Everyone knows Windows, but picking up some Unix skills can be greatly advantageous down the road.

    Good luck!
  12. MuDPHuDStudent macrumors member

    Feb 8, 2009
    Hanover, NH
    Go with the 15 inch MBP. I'm a graduate engineering student and more than half of the grad students here have MBPs. You can definitely use them for much of what you need to do, but you'll need a decently big screen (I have a 13 inch aluminum macbook and hook it up to an external monitor). For the heavy lifting (math with large matrices) I connect to one of the linux-based labs through my Macbook and have those computers do the calculations. Honestly, having a macbook made my life a lot easier when taking a computational PDE class because the compiler and debugger for the class were on linux machines at the engineering school and I could interface directly with those computers from my macbook (and work from anywhere) while my classmates with windows machines had to physically sit in the lab for 40 or 50 hours a week to do the homework.

    Also, my school's engineering IT people have licenses for things like matlab, comsol, windows 7, vmware fusion, etc so you might not have to spend anything on that software (but check with your school).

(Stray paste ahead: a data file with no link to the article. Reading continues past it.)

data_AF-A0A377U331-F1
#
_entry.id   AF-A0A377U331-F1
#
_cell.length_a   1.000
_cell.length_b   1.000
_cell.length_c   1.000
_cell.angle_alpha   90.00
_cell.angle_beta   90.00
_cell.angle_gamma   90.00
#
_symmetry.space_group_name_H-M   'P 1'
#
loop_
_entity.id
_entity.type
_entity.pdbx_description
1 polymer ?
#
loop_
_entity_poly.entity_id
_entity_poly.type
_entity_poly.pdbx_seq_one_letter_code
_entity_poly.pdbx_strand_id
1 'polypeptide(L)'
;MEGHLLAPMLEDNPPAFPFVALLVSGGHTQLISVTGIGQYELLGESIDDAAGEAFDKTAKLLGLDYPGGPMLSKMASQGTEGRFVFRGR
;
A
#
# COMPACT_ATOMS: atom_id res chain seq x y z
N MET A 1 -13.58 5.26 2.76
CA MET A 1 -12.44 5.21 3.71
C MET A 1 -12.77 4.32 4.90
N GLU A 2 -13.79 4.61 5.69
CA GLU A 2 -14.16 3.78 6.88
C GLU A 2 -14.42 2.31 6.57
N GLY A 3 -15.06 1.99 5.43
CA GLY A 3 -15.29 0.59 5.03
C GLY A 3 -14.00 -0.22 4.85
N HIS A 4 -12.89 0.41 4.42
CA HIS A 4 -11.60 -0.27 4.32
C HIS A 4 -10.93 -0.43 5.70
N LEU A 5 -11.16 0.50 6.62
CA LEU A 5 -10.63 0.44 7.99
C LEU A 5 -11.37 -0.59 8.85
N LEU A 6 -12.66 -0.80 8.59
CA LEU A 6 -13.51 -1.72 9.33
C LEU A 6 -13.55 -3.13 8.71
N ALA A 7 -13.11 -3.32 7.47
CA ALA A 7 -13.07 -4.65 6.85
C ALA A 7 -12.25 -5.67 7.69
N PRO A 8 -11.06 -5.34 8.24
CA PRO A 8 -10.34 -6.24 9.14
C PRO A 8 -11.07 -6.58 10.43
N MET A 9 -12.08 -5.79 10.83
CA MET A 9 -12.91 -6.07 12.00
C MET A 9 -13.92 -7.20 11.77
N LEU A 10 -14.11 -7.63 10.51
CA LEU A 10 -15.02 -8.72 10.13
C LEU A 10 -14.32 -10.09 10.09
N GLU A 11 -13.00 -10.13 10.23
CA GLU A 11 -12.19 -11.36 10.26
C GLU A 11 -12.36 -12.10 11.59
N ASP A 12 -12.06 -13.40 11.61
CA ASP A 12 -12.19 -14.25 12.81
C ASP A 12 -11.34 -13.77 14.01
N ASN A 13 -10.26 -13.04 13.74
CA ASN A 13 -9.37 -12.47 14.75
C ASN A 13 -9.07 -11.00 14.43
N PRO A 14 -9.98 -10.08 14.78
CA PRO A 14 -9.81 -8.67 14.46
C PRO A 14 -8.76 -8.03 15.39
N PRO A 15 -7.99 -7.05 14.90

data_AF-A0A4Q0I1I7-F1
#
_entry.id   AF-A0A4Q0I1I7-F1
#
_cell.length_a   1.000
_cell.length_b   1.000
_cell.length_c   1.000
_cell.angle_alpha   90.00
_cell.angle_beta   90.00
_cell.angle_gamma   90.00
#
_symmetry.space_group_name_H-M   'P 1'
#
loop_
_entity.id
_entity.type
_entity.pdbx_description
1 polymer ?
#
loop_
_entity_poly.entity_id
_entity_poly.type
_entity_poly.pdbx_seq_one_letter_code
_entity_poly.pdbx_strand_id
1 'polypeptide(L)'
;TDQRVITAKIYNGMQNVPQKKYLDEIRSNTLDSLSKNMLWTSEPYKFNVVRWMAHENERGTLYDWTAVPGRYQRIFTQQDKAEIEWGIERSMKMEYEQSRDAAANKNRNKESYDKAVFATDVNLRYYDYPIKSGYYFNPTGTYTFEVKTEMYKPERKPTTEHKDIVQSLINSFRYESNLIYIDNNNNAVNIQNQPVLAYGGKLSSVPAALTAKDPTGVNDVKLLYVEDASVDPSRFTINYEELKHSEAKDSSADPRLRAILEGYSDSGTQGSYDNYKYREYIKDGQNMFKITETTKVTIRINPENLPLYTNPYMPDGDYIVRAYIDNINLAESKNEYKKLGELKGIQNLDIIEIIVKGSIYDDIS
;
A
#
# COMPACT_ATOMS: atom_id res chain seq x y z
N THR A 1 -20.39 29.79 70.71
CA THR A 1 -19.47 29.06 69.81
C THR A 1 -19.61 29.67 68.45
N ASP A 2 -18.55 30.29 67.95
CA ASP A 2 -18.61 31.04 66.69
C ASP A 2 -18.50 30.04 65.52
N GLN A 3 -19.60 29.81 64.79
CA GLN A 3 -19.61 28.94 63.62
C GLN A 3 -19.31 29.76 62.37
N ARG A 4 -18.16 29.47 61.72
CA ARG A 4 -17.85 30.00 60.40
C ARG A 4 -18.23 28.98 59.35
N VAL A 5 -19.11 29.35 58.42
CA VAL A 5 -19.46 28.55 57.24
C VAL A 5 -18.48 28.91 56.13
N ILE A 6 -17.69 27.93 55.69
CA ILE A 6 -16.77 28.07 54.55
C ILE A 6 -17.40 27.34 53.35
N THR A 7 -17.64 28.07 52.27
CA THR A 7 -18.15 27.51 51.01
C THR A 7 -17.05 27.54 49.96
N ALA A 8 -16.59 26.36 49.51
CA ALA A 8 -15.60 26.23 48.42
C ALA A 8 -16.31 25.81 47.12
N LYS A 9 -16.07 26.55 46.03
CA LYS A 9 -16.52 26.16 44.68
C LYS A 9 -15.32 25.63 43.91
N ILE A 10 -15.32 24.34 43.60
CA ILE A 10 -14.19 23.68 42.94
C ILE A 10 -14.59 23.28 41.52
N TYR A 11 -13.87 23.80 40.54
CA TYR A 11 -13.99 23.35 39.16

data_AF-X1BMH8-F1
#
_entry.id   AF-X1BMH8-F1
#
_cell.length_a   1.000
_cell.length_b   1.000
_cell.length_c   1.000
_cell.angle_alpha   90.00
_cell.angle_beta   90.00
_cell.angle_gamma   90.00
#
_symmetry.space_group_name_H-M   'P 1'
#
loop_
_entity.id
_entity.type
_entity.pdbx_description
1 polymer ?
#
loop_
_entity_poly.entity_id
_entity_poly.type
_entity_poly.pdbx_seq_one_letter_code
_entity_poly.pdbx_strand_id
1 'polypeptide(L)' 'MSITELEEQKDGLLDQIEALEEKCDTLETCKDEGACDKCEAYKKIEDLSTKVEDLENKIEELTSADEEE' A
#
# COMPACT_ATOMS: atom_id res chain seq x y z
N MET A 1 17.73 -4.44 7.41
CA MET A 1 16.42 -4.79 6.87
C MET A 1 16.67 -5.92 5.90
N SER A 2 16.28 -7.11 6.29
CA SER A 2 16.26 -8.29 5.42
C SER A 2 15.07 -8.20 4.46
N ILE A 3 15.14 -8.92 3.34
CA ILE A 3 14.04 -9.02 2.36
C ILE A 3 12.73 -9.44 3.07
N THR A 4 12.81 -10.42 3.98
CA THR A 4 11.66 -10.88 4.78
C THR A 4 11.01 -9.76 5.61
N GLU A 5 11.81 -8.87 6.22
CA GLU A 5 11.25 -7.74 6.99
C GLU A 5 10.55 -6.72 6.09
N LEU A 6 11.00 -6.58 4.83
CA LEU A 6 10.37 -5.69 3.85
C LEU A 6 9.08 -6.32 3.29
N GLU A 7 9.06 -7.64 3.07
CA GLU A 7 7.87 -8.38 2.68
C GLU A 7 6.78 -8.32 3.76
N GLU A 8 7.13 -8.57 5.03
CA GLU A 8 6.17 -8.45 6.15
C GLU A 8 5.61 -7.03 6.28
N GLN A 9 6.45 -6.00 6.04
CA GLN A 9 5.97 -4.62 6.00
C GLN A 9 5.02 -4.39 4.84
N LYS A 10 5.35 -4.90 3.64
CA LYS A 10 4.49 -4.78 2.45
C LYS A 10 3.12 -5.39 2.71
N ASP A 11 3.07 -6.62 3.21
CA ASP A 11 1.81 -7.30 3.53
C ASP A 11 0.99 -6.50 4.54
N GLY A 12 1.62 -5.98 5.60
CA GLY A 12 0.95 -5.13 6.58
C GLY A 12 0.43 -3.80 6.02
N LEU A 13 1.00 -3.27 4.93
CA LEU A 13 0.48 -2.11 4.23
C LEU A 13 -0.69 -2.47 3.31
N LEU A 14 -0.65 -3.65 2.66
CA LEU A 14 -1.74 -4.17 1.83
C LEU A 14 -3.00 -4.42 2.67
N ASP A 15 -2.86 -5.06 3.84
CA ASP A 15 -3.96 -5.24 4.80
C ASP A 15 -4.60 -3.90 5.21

13. talmy macrumors 601


    Oct 26, 2009
    I teach electrical engineering and use a MacBook in class for demonstrations and even to record my lectures. About 15% of my students have MacBooks or MacBook Pros, almost all are 13". All have either Parallels or Fusion to run the Windows-only programs. As little as two years ago I never saw a student with a Mac.

    The 13" display is adequate for EE-CAD software, and, of course, I'm limited to the resolution of the projector. I think a good solution for students is to attach a large external monitor and separate keyboard&mouse, and use as a desktop computer outside the classroom. The extra hardware costs less than the difference between the 13" and 15" models, at least if you buy, say, a Dell monitor instead of the Apple.